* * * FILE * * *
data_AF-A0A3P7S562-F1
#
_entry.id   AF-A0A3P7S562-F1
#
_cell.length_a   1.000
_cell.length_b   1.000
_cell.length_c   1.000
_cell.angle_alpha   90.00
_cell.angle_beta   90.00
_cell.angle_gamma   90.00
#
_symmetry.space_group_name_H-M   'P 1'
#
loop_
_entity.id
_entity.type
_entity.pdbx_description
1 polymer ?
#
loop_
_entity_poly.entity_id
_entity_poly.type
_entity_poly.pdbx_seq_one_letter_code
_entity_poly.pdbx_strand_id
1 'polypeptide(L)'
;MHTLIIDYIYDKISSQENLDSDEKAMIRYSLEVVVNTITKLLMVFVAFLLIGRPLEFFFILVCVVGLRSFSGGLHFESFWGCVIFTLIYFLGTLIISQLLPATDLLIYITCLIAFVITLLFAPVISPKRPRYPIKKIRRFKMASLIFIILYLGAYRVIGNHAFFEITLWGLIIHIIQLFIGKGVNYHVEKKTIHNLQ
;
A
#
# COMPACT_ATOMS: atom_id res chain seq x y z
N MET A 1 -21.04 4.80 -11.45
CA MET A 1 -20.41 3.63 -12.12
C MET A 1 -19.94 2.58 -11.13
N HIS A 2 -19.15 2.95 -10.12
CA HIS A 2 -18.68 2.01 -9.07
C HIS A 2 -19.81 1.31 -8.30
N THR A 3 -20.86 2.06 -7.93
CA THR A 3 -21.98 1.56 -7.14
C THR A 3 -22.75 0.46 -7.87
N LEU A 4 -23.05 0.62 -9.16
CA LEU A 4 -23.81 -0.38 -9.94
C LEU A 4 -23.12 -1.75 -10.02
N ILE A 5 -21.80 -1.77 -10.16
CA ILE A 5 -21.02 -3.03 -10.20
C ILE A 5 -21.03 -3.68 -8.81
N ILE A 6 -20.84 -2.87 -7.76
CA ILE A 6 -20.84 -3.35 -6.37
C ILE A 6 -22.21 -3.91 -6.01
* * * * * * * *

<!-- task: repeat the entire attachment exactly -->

data_AF-A0A3P7S562-F1
#
_entry.id   AF-A0A3P7S562-F1
#
_cell.length_a   1.000
_cell.length_b   1.000
_cell.length_c   1.000
_cell.angle_alpha   90.00
_cell.angle_beta   90.00
_cell.angle_gamma   90.00
#
_symmetry.space_group_name_H-M   'P 1'
#
loop_
_entity.id
_entity.type
_entity.pdbx_description
1 polymer ?
#
loop_
_entity_poly.entity_id
_entity_poly.type
_entity_poly.pdbx_seq_one_letter_code
_entity_poly.pdbx_strand_id
1 'polypeptide(L)'
;MHTLIIDYIYDKISSQENLDSDEKAMIRYSLEVVVNTITKLLMVFVAFLLIGRPLEFFFILVCVVGLRSFSGGLHFESFWGCVIFTLIYFLGTLIISQLLPATDLLIYITCLIAFVITLLFAPVISPKRPRYPIKKIRRFKMASLIFIILYLGAYRVIGNHAFFEITLWGLIIHIIQLFIGKGVNYHVEKKTIHNLQ
;
A
#
# COMPACT_ATOMS: atom_id res chain seq x y z
N MET A 1 -21.04 4.80 -11.45
CA MET A 1 -20.41 3.63 -12.12
C MET A 1 -19.94 2.58 -11.13
N HIS A 2 -19.15 2.95 -10.12
CA HIS A 2 -18.68 2.01 -9.07
C HIS A 2 -19.81 1.31 -8.30
N THR A 3 -20.86 2.06 -7.93
CA THR A 3 -21.98 1.56 -7.14
C THR A 3 -22.75 0.46 -7.87
N LEU A 4 -23.05 0.62 -9.16
CA LEU A 4 -23.81 -0.38 -9.94
C LEU A 4 -23.12 -1.75 -10.02
N ILE A 5 -21.80 -1.77 -10.16
CA ILE A 5 -21.02 -3.03 -10.20
C ILE A 5 -21.03 -3.68 -8.81
N ILE A 6 -20.84 -2.87 -7.76
CA ILE A 6 -20.84 -3.35 -6.37
C ILE A 6 -22.21 -3.91 -6.01